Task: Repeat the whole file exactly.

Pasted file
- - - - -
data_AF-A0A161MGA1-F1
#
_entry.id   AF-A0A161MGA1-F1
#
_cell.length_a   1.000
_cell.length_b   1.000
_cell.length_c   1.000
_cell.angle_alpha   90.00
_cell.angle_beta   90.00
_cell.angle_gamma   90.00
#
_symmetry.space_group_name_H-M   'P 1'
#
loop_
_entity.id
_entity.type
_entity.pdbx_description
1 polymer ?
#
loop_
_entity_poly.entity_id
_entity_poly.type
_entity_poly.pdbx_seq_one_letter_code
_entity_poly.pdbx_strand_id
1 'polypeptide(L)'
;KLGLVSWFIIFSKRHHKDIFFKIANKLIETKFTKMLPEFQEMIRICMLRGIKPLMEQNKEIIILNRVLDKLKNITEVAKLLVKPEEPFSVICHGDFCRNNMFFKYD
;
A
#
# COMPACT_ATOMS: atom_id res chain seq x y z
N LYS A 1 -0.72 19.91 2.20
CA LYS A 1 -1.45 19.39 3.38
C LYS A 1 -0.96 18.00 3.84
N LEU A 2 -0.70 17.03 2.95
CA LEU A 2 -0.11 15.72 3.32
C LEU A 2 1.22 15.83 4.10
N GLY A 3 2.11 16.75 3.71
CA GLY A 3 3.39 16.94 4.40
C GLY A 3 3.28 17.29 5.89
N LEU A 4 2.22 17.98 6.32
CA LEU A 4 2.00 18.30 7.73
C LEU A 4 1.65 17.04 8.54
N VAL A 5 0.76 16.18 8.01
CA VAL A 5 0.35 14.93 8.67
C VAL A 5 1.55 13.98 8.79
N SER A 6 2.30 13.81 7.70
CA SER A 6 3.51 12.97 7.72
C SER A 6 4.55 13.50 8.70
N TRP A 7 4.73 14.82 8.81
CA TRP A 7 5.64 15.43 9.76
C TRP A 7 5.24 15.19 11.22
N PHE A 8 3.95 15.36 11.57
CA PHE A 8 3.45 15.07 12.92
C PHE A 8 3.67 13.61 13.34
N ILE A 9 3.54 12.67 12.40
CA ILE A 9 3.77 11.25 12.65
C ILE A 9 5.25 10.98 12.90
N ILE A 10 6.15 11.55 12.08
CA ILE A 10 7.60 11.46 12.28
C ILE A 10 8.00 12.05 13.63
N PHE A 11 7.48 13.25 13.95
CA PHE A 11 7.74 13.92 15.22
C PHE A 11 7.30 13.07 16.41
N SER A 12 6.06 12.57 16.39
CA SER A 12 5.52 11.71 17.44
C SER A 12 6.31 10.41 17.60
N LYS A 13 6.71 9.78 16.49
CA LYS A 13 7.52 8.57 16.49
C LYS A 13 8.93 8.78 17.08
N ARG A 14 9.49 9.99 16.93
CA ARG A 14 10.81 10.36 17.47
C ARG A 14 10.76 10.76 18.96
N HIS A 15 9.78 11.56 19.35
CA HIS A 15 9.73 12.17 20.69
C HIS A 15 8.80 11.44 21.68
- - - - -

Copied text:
data_AF-A0A161MGA1-F1
#
_entry.id   AF-A0A161MGA1-F1
#
_cell.length_a   1.000
_cell.length_b   1.000
_cell.length_c   1.000
_cell.angle_alpha   90.00
_cell.angle_beta   90.00
_cell.angle_gamma   90.00
#
_symmetry.space_group_name_H-M   'P 1'
#
loop_
_entity.id
_entity.type
_entity.pdbx_description
1 polymer ?
#
loop_
_entity_poly.entity_id
_entity_poly.type
_entity_poly.pdbx_seq_one_letter_code
_entity_poly.pdbx_strand_id
1 'polypeptide(L)'
;KLGLVSWFIIFSKRHHKDIFFKIANKLIETKFTKMLPEFQEMIRICMLRGIKPLMEQNKEIIILNRVLDKLKNITEVAKLLVKPEEPFSVICHGDFCRNNMFFKYD
;
A
#
# COMPACT_ATOMS: atom_id res chain seq x y z
N LYS A 1 -0.72 19.91 2.20
CA LYS A 1 -1.45 19.39 3.38
C LYS A 1 -0.96 18.00 3.84
N LEU A 2 -0.70 17.03 2.95
CA LEU A 2 -0.11 15.72 3.32
C LEU A 2 1.22 15.83 4.10
N GLY A 3 2.11 16.75 3.71
CA GLY A 3 3.39 16.94 4.40
C GLY A 3 3.28 17.29 5.89
N LEU A 4 2.22 17.98 6.32
CA LEU A 4 2.00 18.30 7.73
C LEU A 4 1.65 17.04 8.54
N VAL A 5 0.76 16.18 8.01
CA VAL A 5 0.35 14.93 8.67
C VAL A 5 1.55 13.98 8.79
N SER A 6 2.30 13.81 7.70
CA SER A 6 3.51 12.97 7.72
C SER A 6 4.55 13.50 8.70
N TRP A 7 4.73 14.82 8.81
CA TRP A 7 5.64 15.43 9.76
C TRP A 7 5.24 15.19 11.22
N PHE A 8 3.95 15.36 11.57
CA PHE A 8 3.45 15.07 12.92
C PHE A 8 3.67 13.61 13.34
N ILE A 9 3.54 12.67 12.40
CA ILE A 9 3.77 11.25 12.65
C ILE A 9 5.25 10.98 12.90
N ILE A 10 6.15 11.55 12.08
CA ILE A 10 7.60 11.46 12.28
C ILE A 10 8.00 12.05 13.63
N PHE A 11 7.48 13.25 13.95
CA PHE A 11 7.74 13.92 15.22
C PHE A 11 7.30 13.07 16.41
N SER A 12 6.06 12.57 16.39
CA SER A 12 5.52 11.71 17.44
C SER A 12 6.31 10.41 17.60
N LYS A 13 6.71 9.78 16.49
CA LYS A 13 7.52 8.57 16.49
C LYS A 13 8.93 8.78 17.08
N ARG A 14 9.49 9.99 16.93
CA ARG A 14 10.81 10.36 17.47
C ARG A 14 10.76 10.76 18.96
N HIS A 15 9.78 11.56 19.35
CA HIS A 15 9.73 12.17 20.69
C HIS A 15 8.80 11.44 21.68